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The Cabin in the Woods, a horror movie still playing in theaters here in the United States, led to some curious reviews, as part of the film's central appeal are the surprises it contained. More than one commentator, for example, began with the disclaimer that the flick was best viewed by an audience who didn't know much about it going in.
While the same may not be true per se of Claustrofobia, a Dutch thriller recently released Stateside on home video by Seminal Films, it nonetheless presents a challenge for reviewers like me. I'm realizing that it's difficult to discuss the movie without revealing some of its twists - and seeing those twists unfold are part and parcel what makes Claustrofobia an engaging 90 minutes of cinema. I'll do my best after the break.
Before that, however, anytime I review a foreign language movie for DVD Talk that doesn't have an English language dub, I feel the need to state that fact at the start. Some moviegoers refuse to read subtitles. If you fall into that camp, you're missing out on an atmospheric chiller - but you've been alerted now and can move on to some other web content here at the site.
Bobby Boermans' Claustrofobia, in essence, starts off as a fairly standard abduction storyline along the lines of Stephen King's Misery or the numerous torture porn entries that crawled out of the woodwork during the middle of the last decade following the success of Saw and its ilk. The Cellar Door comes immediately to mind as an example.
After a brief, well-filmed prologue in which a young girl seduces a young boy into a cruel prank that sees him locked up in a morgue by her (a scene that will inform the rest of the film in tragic ways), Robert Arthur Jansen's screenplay introduces a pair of first-year veterinarian students, Eva and Cynthia. Eva is having a hard time of it, since she's unwilling to harm even the smallest of animals, like rats, in her studies. Eva rents a new apartment from a creepy landlord, with a creepy man who stares out the window across the street. After a casting session seems to go awry (Eva seems more interested in acting than anything else), Eva goes clubbing with Cynthia, and they run into her new neighbor Alex. After partying with Alex after hours, Eva falls asleep in her apartment only to awaken in a dingy cellar, chained to a bed, with a man in a gas mask as her jailer.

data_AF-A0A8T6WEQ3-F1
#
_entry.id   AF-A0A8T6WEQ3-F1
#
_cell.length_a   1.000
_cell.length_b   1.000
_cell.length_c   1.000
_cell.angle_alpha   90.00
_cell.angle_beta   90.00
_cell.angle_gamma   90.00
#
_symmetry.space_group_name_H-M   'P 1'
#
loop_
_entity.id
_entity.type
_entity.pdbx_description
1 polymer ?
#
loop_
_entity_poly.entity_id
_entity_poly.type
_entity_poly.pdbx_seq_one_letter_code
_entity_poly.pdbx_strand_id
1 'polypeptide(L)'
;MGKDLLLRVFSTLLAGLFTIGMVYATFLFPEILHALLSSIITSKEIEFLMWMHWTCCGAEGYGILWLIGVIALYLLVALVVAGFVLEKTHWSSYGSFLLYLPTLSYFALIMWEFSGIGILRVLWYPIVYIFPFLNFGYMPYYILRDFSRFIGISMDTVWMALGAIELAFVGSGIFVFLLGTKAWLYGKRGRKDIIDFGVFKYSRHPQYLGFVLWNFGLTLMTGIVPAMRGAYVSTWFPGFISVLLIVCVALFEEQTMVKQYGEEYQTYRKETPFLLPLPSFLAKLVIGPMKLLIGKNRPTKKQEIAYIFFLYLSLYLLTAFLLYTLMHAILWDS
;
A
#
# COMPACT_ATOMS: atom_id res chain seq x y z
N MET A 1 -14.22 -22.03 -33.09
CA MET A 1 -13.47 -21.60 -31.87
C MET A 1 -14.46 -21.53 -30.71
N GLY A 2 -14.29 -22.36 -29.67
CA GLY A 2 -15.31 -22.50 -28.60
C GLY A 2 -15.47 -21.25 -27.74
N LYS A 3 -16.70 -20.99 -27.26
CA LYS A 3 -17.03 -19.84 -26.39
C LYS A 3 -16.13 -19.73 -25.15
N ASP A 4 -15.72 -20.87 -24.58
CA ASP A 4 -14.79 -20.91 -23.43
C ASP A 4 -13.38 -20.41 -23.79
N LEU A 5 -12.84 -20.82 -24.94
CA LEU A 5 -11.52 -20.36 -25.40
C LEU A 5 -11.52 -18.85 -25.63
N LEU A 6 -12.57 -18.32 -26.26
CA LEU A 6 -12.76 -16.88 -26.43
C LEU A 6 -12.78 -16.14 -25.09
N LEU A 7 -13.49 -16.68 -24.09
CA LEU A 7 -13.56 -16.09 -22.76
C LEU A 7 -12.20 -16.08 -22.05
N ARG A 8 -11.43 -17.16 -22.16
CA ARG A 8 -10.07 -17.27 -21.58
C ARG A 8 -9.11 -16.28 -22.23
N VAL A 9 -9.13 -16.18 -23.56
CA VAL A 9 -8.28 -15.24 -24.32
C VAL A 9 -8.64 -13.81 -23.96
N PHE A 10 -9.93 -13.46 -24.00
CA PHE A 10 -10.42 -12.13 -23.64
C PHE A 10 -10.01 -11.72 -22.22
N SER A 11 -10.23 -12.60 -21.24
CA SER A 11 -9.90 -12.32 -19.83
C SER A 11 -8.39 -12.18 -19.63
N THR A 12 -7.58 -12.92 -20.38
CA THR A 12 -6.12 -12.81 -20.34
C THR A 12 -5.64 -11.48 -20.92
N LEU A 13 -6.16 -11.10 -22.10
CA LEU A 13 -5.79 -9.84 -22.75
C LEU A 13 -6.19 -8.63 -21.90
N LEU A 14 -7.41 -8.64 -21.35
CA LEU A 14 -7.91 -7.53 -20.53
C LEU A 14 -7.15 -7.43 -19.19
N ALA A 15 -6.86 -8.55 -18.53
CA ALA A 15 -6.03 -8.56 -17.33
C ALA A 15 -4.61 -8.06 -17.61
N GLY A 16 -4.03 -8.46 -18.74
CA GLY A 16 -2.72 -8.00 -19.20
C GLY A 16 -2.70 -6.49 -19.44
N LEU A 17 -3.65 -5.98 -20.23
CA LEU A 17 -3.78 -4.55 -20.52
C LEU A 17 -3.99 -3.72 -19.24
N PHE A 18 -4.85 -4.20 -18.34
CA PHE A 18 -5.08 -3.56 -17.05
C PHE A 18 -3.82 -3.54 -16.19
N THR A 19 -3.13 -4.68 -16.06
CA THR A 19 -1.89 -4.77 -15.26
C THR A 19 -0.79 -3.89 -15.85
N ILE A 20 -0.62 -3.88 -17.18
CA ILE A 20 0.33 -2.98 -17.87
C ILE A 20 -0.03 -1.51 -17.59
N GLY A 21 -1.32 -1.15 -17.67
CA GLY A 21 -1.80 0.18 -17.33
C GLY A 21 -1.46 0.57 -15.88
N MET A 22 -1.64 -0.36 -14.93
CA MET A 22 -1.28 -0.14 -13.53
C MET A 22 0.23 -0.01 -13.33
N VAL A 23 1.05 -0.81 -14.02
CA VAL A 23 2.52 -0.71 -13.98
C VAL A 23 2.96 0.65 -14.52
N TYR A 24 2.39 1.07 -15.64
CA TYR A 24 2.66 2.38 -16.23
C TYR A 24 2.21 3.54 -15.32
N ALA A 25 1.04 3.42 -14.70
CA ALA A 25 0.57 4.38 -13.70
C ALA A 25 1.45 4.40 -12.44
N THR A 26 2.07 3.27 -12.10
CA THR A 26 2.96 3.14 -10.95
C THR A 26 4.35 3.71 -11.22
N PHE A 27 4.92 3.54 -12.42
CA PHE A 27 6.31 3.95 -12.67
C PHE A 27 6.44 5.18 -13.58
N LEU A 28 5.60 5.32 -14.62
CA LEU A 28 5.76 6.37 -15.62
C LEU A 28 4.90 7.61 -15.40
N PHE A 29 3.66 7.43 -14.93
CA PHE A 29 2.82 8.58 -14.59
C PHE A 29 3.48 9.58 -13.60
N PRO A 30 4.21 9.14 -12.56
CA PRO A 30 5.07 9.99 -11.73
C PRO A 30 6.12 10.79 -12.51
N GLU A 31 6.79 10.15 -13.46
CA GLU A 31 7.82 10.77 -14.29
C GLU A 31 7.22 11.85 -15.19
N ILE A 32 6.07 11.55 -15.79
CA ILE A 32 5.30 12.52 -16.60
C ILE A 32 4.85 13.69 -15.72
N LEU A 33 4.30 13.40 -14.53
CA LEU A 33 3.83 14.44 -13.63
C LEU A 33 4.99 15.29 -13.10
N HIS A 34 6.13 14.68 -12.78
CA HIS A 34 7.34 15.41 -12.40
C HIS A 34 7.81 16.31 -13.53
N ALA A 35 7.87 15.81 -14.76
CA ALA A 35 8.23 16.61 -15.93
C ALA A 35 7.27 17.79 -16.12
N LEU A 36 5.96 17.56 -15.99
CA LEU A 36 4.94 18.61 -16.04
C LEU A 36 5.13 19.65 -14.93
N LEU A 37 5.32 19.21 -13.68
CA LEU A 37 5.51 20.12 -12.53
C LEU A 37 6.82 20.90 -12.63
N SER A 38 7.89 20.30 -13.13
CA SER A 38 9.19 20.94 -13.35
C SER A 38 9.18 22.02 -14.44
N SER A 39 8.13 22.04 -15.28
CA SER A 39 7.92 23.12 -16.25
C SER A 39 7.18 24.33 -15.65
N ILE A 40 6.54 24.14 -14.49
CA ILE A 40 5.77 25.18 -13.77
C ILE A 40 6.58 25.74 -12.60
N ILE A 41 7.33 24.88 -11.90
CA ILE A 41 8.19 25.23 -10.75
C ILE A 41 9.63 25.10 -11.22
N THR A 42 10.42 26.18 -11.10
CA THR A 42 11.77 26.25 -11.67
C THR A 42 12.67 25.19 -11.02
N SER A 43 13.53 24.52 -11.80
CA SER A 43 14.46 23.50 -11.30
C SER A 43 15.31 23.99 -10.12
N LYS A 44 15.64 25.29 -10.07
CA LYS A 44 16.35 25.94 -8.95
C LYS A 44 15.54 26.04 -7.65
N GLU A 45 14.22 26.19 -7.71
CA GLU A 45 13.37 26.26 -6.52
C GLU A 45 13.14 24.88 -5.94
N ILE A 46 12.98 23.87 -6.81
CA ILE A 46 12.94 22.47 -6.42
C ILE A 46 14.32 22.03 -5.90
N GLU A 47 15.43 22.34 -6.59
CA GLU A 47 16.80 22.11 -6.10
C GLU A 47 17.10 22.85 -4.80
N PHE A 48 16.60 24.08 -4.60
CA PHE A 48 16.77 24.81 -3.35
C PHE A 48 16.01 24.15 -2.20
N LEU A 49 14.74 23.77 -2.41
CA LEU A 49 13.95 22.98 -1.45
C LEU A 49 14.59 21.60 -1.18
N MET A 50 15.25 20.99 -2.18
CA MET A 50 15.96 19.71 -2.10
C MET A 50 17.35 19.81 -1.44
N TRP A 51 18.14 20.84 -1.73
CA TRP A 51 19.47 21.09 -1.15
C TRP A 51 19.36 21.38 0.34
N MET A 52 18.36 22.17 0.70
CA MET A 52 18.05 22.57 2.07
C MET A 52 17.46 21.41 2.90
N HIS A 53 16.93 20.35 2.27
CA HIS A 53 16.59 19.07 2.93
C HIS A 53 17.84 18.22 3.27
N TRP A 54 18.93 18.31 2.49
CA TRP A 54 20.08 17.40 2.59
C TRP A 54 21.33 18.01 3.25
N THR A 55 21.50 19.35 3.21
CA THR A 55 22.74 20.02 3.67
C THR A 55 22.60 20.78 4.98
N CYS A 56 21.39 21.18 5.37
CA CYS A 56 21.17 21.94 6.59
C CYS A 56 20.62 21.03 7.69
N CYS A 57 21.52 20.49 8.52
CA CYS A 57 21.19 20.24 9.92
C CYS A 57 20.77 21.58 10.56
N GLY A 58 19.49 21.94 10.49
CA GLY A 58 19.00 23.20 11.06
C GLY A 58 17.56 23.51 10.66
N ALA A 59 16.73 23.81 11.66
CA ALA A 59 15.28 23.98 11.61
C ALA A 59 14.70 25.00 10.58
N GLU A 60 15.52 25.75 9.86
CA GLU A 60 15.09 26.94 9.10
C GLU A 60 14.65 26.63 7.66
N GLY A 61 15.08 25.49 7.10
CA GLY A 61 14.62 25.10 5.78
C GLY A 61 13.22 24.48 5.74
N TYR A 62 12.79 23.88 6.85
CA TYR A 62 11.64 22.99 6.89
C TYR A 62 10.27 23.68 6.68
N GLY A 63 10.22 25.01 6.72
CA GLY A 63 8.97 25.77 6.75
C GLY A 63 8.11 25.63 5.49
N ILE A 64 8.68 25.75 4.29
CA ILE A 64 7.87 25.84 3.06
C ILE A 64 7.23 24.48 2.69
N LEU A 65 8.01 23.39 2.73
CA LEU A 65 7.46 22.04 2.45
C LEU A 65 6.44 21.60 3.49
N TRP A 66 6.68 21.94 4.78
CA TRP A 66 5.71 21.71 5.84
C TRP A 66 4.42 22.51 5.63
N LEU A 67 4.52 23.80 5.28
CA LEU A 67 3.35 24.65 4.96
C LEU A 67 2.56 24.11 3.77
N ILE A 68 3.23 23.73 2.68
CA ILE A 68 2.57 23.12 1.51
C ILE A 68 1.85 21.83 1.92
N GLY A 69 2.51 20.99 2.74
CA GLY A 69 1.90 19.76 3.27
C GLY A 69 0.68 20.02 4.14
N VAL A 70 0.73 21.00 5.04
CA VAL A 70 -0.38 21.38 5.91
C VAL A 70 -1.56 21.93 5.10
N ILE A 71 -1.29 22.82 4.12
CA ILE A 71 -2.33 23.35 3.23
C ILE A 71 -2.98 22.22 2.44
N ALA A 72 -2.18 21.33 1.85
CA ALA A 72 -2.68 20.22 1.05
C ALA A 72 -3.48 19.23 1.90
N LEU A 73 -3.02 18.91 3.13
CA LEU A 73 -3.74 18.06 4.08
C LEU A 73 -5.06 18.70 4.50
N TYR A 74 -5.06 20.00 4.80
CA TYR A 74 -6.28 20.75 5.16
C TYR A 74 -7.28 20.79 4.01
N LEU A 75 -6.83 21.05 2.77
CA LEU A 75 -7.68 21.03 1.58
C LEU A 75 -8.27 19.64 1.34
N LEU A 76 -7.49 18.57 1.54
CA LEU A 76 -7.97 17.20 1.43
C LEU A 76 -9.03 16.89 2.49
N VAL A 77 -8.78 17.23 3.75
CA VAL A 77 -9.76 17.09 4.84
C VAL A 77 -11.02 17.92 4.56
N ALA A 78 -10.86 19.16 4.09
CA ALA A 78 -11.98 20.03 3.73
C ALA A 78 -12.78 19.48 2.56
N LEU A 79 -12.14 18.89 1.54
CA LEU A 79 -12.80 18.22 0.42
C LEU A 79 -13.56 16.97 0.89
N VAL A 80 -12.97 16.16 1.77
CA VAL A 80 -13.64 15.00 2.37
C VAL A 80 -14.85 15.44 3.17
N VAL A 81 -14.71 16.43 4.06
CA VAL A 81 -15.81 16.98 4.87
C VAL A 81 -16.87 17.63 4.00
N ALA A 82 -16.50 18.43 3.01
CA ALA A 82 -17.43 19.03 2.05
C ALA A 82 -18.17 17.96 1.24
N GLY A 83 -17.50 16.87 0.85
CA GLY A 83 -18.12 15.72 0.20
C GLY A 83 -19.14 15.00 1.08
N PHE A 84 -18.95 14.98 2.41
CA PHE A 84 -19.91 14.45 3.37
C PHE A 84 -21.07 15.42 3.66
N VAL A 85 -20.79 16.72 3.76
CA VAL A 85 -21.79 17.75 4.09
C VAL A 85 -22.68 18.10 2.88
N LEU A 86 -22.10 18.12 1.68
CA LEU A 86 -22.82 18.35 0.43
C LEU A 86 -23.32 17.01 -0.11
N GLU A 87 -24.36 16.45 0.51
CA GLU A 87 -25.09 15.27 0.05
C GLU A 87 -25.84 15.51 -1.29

In a nutshell, that's all the plot that can be given without spoiling Claustrofobia too much. What I appreciated about this movie is that it has an intelligent protagonist convincingly portrayed by Carolien Spoor, and she's supported by a strong cast. The screenplay offers several twists as it slowly reveals the identity of the masked kidnapper and his motives. The reveal about the mysterious man across the street from Eva's apartment was especially clever. In all honesty, the plot becomes a bit far-fetched, but the movie plays it 100% seriously - and its earnestness won me over despite its lack of realism. The gore effects / makeup are understated (no buckets of blood here), but horror hounds should appreciate their effectiveness when used. The minimalism on display here, in a way, adds to their authenticity and effect.
So ultimately, horror fans should enjoy this thriller from the Netherlands, as long as they don't have a hangup about subtitles. It's a bit of a shame that the DVD has no extras - but the movie alone warrants a Recommended rating.
Seminal Films gives Claustrofobia an anamorphic widescreen presentation. Perhaps colors could have been a bit stronger, but the visual quality overall was quite satisfactory with sharp detail.
The lone audio track here is a Dolby Digital 2.0 affair in the movie's native Dutch language. Dialogue is well-represented - and the score is omnipresent but never overwhelms. Optional subtitles in yellow are available in English only.
Sadly, no extras are present.
While the premise gets a bit far-fetched, the Dutch import Claustrofobia treats its storyline deadly serious. In the process, the thriller offers good performances from its leads and several effective twists. It's best not to know too much going in. As long as they don't mind reading subtitles, horror hounds should find this abduction tale suspenseful. Despite the DVD's lack of extras, Claustrofobia is recommended on the strength of the film alone.